In recent years, cybersecurity research at leading universities has led to critical innovations in applied cryptography. These new technologies are based on best practices advanced by the National Security Agency (NSA) - the federal agency responsible for the nation's cybersecurity. The new technologies will enable organizations to enhance their cybersecurity and help them achieve CMMC levels necessary to do work for the DoD.
The NSA's February 2021 memorandum, Embracing a Zero Trust Security Model, describes a Zero Trust model as one that "eliminates trust in any one element, node, service and assumes that a breach is inevitable or likely has occurred, so it constantly limits access to only what is needed and looks for anomalous or malicious activity." The NSA explains that Zero Trust approach contrasts with "traditional perimeter-based network defenses with multiple layers of disjointed security technologies [which] have proven themselves to be unable to meet the cybersecurity needed due to the current threat environment." The NSA memorandum urges the entirety of DoD and the DIB to adopt the Zero Trust security model.
President Biden amplified the NSA's call for a Zero Trust approach in his May 2021 Executive Order on Improving the Nation's Cybersecurity. The order mandated rapid development of plans by every federal agency for modernizing their approach to cybersecurity by, among other actions, implementing Zero Trust Architecture.
The Zero Trust security model, according to the NSA, is designed to secure the entire breadth of an organization's computing services, data resources, and network locations. It's a mindset that spans every CMMC 2.0/NIST SP 800-171 control family.
Note that while at this point it is still possible to comply with CMMC 2.0 and NIST SP 800-171 using legacy security systems, a better path to compliance is achievable through modern Zero Trust systems.
Why Is A Vulnerability Management Program Critical?
A vulnerability management program systematically identifies, evaluates, prioritizes, and mitigates vulnerabilities that can pose a risk to an enterprise's infrastructure and applications. A modern vulnerability management program combines automation, threat intelligence, and data science to predict which vulnerabilities represent the greatest risk to a specific environment. It leverages full visibility into a technology stack to target the riskiest vulnerabilities, enabling companies to adhere to designated SLA's, respond to threats rapidly, and have meaningful discussions about organizational risk tolerance.
What Are the Advantages of Integrated GRC and PM Software?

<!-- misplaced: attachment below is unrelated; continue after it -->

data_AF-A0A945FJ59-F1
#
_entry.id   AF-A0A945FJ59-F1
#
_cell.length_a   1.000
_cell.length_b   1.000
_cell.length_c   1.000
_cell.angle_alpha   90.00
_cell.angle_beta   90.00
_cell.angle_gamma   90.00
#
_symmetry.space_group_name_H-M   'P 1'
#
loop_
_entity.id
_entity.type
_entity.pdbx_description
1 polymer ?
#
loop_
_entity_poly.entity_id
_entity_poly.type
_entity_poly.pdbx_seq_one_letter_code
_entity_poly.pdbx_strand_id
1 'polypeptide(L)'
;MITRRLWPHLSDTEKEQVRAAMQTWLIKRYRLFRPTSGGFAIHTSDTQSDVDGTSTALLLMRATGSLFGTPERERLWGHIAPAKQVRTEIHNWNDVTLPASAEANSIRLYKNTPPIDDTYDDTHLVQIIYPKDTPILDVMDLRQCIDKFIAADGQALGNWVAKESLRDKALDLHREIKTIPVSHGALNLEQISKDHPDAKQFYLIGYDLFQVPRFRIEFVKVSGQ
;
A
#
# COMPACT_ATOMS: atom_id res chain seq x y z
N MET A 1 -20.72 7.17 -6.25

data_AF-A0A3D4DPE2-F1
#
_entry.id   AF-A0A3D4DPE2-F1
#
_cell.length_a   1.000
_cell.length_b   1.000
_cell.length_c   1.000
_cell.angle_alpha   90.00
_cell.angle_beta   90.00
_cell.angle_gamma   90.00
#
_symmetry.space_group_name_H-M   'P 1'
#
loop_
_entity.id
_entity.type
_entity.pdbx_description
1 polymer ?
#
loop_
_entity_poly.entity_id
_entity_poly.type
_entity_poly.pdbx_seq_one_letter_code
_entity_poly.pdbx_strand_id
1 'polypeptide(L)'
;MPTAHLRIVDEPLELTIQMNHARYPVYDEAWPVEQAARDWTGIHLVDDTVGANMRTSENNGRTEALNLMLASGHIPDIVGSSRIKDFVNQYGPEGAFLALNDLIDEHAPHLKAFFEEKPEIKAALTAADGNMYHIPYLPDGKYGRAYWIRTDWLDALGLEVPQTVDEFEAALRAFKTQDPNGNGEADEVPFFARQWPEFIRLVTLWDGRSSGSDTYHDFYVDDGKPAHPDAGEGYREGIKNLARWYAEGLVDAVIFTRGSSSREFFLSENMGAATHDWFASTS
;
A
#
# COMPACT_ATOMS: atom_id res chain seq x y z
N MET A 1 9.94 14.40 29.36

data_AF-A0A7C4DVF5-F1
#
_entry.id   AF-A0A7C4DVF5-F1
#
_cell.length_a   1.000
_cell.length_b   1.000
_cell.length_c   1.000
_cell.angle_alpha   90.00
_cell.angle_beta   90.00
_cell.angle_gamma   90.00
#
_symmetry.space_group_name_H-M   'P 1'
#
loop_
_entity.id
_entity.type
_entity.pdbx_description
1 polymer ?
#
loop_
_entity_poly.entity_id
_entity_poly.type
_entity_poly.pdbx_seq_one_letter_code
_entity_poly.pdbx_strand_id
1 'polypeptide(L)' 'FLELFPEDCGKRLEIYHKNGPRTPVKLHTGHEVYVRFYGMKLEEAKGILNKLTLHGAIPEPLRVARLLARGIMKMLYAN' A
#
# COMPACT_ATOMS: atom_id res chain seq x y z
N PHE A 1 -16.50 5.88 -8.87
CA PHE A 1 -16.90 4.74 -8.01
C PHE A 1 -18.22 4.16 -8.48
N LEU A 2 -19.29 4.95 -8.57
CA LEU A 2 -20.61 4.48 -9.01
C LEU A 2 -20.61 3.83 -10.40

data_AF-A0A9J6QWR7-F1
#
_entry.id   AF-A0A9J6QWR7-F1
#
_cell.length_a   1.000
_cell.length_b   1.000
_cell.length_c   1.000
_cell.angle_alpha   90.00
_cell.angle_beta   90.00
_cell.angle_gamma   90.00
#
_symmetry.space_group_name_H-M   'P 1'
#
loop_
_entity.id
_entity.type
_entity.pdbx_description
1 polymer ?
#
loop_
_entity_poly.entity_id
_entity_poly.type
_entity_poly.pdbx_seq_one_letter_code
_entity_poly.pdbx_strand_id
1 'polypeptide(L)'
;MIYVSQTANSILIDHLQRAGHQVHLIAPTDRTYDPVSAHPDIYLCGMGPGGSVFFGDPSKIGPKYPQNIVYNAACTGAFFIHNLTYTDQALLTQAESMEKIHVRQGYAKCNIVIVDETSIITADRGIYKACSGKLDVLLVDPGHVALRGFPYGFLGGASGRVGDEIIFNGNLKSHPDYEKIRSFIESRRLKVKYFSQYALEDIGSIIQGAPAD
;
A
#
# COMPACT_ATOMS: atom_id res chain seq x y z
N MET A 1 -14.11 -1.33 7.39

Cloud-based technology has allowed organizations to operate more efficiently. It has also opened the door to new security concerns that must be addressed. Data leakages, IP theft, system outages, data privacy, denial of service, financial theft, and ransoms are just a few of the current threats facing all organizations. As organizations continue to combat these threats, they will be required to implement security controls and establish a surveillance program focused on ensuring compliance. A key outcome of good surveillance is ensuring compliance with established controls, and when needed, implementing new security policies and practices and remediation actions to reduce risk. A comprehensive ongoing vulnerability management and surveillance program is required. To be cost-effective, the program must be supported by tools that reduce manual processes while enabling continuous assessment and monitoring. Governance, Risk, and Compliance (GRC) tools are needed to track compliance. Program Management tools are needed to track and manage security tasks needed to mitigate vulnerabilities and implement remediation actions. There are significant benefits that can be achieved when these tools are integrated. Explore CentrumCyber Systems GRC tool, Centrum Cyber, which provides an integrated suite of tools for managing the entire security lifecycle.
What's Required To Establish A Continuous Security Assessment And Monitoring Program?
Cost-effective governance establishes systematic security programs that assess, remediate, and continuously monitor security posture. As security threats continue to evolve, organizations need to implement continuous assessment and monitoring tools to avoid spending a large portion of their operating budget on governance and compliance.